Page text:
‘You can’t win trying to save people like me – you have to go big. Walk away from me now, stay brave, be strong, hold your dignity. Go big!’ So Rudy Jones (Dennis Haysbert) tells barrister Maya Cobbina (Sophie Okonedo) shortly before facing execution by lethal injection in the US. Outside the Louisiana Detention and Correctional Facility, Maya tells Rudy’s supporters: ‘The anger that I feel will not be softened until they stop killing brothers and sisters and calling it justice.’
The powerful opening to Peter Moffat’s prime-time Sunday night drama is sustained as Maya drives away with the radio station blaring that Rudy would have a ‘humane and painless death, which is more than can be said for the agony he inflicted on the esteemed public servant he so brutally murdered’.
Then we learn that Rudy is in fact still alive and Maya, suppressing the emotional strain of representing a client for a long time, pleads with Judge Kramer to consider a stay of execution. Back in the facility, she tells assistant attorney general Livermore that the ‘eighth amendment prohibits cruel and unusual punishment’. Now the gritty dialogue gives way to unsettling scenes in the execution room, where a drill is used on Rudy’s body to speed up his death. ‘It’s botched, he’s alive, he’s in terrible pain,’ Maya screams down the phone.
The next time we see Rudy he is still alive and being tended by a doctor, a testament to Maya’s professional concern for her client. Even when a juggernaut whistles past after she pulls up in a dangerous spot on the road to take a call on her mobile, nothing distracts her.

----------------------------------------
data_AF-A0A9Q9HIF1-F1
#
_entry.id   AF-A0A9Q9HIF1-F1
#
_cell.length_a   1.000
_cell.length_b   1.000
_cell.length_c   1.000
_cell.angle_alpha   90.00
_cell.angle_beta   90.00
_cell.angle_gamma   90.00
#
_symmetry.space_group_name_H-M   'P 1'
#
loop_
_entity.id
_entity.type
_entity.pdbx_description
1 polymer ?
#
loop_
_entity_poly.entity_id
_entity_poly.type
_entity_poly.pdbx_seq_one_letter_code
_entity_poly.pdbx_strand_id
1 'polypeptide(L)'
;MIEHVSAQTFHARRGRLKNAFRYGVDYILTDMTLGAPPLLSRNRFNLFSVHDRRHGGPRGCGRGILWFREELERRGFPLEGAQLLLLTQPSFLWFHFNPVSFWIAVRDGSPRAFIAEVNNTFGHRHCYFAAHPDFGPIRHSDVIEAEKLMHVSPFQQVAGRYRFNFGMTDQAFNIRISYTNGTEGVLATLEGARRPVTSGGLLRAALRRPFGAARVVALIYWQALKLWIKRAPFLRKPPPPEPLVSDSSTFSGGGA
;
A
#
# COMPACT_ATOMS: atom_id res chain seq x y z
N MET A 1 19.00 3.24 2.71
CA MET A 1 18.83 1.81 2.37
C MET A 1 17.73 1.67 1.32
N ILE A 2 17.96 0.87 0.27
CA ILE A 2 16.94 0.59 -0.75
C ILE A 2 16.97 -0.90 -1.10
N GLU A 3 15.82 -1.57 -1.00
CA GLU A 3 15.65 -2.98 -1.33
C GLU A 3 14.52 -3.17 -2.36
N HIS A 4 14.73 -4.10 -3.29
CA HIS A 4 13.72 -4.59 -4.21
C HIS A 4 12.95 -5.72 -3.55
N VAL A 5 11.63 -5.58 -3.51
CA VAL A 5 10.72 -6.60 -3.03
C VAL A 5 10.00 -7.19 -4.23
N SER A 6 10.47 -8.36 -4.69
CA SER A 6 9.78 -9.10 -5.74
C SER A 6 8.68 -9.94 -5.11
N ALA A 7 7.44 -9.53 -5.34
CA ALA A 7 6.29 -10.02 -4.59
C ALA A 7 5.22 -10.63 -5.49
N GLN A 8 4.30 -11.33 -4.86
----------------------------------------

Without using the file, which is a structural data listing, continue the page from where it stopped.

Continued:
Back in her London chambers, Rudy’s comment about going ‘big’ is echoed by Jimmy (Phil Davis), as they discuss her being considered for the role of director of public prosecutions. New evidence has emerged in a high-profile sensitive case and it is clear that the DPP would have a big say.
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But as Maya agrees to to be interviewed for the position, it is clear that not everyone is thrilled by the news, as it potentially puts her husband Nick Johnson (Adrian Lester) in a tricky position. Unbeknown to his wife of 20 years, Nick is an undercover police officer. And with Maya being linked to the DPP position, this has clearly rattled Nick’s old employer. ‘There’s a perfect storm coming,’ Nick is warned by a sinister police presence. ‘We want you to share with us what she is thinking.’
So the smooth and quick-thinking Nick, played with aplomb by the excellent Lester, is facing a dilemma about how he can still maintain a happy family life with his children Clem, Dan and Ella while carrying out clandestine police work. Another secret is that Nick’s father is very ill; he even removes his wedding band when he visits him and later has to hide his grief from his family.
It is refreshing to see a barrister away from the formal milieu of court taking on brusque prison officers in a life-and-death situation. In fact, such is Maya’s emotional investment in her death row case she has what appears to be a seizure in a desolate field. Stirring drama that will grip you.
Nicholas Goodman is a sub-editor at the Law Society Gazette